Prop 1 would amend the Constitution of California to forbid any future laws blocking the existing right to reproductive freedom, including the right to an abortion. Voters in Vermont face a similar measure, while Kansas voters already rejected a measure that would have affirmed that there is no constitutional right to an abortion.
The disagreement around Prop 1 and the right to reproductive freedom falls along party lines, with the California Democratic Party in favor and the California Republican Party in opposition.
Prop 28 would dedicate a minimum of 1 percent of California’s yearly school spending to Music and Arts education.
For schools with more than 500 students, 80 percent of those funds would be required to go toward hiring teachers.
The measure is supported by a variety of Californians, from billionaire Steve Ballmer, to actor/producer Issa Rae, as well as the California Democratic Party.
Supporters see value in guaranteeing a level of consistent arts funding based on general education spending.
Public opposition to Prop 28 is limited, but both the Santa Cruz Sentinel and the San Jose Mercury News have published editorials against the measure.
They reject the approach of “Ballot-Box Budgeting” and decry the investment as excessive when per-student expenditures are already at a record high.
Prop 29 would require dialysis clinics to staff a physician, nurse practitioner, and registered nurse when providing treatment. It would also require reporting dialysis-related infections to state health agencies, and any continuing infections to the federal level.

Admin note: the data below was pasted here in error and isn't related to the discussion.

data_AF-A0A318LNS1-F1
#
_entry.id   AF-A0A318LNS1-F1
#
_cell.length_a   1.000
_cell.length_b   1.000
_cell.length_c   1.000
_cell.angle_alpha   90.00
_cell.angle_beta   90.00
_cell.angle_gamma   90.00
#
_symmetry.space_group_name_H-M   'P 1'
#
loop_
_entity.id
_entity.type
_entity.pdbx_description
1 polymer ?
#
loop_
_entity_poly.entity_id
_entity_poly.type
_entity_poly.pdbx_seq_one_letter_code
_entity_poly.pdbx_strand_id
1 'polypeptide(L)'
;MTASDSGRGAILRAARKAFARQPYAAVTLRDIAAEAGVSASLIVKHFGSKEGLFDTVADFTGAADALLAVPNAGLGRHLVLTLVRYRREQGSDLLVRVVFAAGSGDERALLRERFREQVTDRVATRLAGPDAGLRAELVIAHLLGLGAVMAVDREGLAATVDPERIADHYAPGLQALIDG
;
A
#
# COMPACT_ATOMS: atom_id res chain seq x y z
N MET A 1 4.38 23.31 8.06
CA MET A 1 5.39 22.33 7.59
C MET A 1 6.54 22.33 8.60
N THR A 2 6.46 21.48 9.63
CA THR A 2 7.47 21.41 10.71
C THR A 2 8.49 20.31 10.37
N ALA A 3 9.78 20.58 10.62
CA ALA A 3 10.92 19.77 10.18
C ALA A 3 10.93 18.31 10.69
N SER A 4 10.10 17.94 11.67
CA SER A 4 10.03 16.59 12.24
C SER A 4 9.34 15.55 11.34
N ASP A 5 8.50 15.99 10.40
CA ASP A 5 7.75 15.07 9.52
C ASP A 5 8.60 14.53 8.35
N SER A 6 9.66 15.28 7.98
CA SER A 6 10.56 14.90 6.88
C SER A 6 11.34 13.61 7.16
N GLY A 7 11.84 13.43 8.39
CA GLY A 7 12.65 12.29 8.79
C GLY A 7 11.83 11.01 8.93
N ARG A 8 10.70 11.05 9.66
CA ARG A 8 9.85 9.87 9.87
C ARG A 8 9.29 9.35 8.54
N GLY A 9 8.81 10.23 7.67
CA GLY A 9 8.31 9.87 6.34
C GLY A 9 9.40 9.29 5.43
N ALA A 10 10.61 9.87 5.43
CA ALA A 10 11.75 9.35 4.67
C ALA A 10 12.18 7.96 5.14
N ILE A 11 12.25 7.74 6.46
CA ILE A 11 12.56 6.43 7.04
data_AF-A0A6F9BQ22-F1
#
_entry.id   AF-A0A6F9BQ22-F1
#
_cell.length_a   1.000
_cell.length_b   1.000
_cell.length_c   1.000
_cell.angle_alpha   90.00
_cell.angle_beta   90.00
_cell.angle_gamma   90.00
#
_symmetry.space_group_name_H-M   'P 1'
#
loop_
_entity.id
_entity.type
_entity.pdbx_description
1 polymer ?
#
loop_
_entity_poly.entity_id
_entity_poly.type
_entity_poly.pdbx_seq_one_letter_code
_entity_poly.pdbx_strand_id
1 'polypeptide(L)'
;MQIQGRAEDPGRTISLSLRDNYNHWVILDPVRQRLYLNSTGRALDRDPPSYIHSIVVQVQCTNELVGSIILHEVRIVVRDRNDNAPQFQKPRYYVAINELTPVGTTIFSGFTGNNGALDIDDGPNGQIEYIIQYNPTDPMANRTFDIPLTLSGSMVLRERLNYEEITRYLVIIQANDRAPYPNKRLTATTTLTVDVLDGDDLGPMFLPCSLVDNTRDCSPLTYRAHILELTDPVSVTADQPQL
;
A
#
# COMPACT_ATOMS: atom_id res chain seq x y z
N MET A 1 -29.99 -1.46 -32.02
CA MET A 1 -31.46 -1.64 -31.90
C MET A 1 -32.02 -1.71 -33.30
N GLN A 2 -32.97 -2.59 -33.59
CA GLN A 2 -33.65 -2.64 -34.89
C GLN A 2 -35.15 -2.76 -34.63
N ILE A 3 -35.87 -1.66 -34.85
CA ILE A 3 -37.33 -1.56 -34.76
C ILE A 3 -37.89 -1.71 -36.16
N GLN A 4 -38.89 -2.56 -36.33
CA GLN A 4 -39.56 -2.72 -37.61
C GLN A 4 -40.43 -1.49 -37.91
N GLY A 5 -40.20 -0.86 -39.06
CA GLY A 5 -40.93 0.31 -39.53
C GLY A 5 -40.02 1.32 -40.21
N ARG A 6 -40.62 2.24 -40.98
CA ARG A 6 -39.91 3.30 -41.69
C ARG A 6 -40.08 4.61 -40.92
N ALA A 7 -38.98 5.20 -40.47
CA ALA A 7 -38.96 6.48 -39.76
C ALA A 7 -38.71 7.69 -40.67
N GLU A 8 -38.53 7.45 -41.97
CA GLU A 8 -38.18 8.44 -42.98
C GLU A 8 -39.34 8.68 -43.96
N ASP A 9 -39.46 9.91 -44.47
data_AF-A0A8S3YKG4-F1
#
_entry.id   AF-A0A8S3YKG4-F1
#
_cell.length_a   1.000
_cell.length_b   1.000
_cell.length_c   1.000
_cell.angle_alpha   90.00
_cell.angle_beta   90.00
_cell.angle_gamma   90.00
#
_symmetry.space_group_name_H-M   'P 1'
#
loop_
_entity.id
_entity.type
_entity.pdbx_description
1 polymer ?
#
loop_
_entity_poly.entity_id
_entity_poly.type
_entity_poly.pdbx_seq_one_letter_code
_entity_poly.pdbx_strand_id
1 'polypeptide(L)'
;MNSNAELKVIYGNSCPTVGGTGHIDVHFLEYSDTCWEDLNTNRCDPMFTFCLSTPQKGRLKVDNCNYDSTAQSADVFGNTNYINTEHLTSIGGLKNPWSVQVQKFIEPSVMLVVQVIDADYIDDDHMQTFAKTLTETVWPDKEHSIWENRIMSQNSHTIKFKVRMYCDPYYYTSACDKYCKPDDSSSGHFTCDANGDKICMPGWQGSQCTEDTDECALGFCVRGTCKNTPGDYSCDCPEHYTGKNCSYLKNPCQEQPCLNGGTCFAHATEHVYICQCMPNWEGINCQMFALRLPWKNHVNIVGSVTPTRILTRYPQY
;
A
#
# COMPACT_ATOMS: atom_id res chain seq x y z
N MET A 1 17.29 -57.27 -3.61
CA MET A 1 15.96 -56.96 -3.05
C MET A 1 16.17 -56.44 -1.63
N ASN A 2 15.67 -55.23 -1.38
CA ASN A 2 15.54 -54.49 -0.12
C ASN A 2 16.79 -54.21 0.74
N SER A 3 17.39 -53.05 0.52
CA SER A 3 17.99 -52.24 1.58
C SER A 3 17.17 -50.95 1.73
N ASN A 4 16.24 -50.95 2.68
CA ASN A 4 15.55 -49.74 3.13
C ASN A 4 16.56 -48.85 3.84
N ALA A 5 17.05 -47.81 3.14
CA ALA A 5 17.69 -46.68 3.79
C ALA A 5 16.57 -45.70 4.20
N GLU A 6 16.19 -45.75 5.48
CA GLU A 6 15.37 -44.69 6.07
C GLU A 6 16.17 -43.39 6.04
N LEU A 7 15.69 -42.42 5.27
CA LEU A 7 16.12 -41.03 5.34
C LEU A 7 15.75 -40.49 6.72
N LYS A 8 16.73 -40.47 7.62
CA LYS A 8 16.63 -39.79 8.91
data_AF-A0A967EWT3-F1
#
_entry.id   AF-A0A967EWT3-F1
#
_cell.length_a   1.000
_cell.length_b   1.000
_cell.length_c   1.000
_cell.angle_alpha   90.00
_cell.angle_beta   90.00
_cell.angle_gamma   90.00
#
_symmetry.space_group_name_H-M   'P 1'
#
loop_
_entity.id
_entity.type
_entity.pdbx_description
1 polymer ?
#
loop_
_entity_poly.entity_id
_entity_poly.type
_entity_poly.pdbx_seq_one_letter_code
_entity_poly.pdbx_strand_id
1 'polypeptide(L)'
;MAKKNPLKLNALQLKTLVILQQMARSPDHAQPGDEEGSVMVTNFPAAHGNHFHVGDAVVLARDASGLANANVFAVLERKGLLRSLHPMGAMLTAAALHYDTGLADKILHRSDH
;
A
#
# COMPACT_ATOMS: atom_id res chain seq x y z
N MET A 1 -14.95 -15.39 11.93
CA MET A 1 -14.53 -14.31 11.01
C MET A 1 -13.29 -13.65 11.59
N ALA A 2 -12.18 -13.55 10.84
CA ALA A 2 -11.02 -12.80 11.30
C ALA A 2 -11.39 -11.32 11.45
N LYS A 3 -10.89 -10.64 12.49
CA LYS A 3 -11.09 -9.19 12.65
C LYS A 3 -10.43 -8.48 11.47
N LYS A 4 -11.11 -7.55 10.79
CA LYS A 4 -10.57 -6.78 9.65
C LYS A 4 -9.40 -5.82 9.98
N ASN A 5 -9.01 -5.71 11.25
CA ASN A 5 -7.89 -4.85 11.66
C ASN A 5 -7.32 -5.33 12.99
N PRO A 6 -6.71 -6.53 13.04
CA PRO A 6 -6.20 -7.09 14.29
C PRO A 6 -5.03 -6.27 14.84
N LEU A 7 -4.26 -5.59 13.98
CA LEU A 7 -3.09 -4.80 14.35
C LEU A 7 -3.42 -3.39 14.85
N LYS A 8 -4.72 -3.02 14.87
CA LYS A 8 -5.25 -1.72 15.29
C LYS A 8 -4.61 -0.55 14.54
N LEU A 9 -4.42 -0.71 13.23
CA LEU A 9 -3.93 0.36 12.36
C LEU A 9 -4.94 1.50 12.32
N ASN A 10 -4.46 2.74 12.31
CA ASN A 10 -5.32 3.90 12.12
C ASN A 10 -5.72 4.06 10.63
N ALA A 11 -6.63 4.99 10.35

Prop 29 would also stop clinics from discriminating against patients based on insurance type, and would require doctors and shareholders owning 5 percent or more of a dialysis clinic to publicize this information.
Lastly, it would require clinic owners to receive written consent from the California Public Health Department to close dialysis clinics.
The main proponent of the measure is SEIU-UHW West, a healthcare workers union that is joined by the California Democratic Party in support of the measure.
They see dialysis clinics as failing to provide quality services and underpaying staff, all while raking in record-breaking profits.
Supporters want these additional regulations to raise the quality of care proportionally with the profits being brought in.
Opponents, such as the California Medical Association, see the additional requirement of physicians as superfluous, since those physicians wouldn’t be authorized to change or direct a patient’s care.
California is also currently mired in a physician shortage, making the requirement of one even more challenging.
Other opponents, including patient advocacy groups like the Chronic Disease Coalition and Dialysis Patient Citizens, emphasize the monetary strain that hiring licensed nurses and physicians would bring, potentially closing some dialysis centers and leaving thousands without accessible care.
The largest donors around this measure are Davita Inc. and Fresenius Inc., two dialysis corporations who have combined to spend over $79 million to stop Prop 29.
Supporters of Prop 29 identify the large profit margins of Davita and Fresenius, while opponents emphasize the fact that those margins have been in decline.
The California Republican Party also opposes Prop 29.
Voters previously rejected two other similar dialysis measures in 2018 and 2020.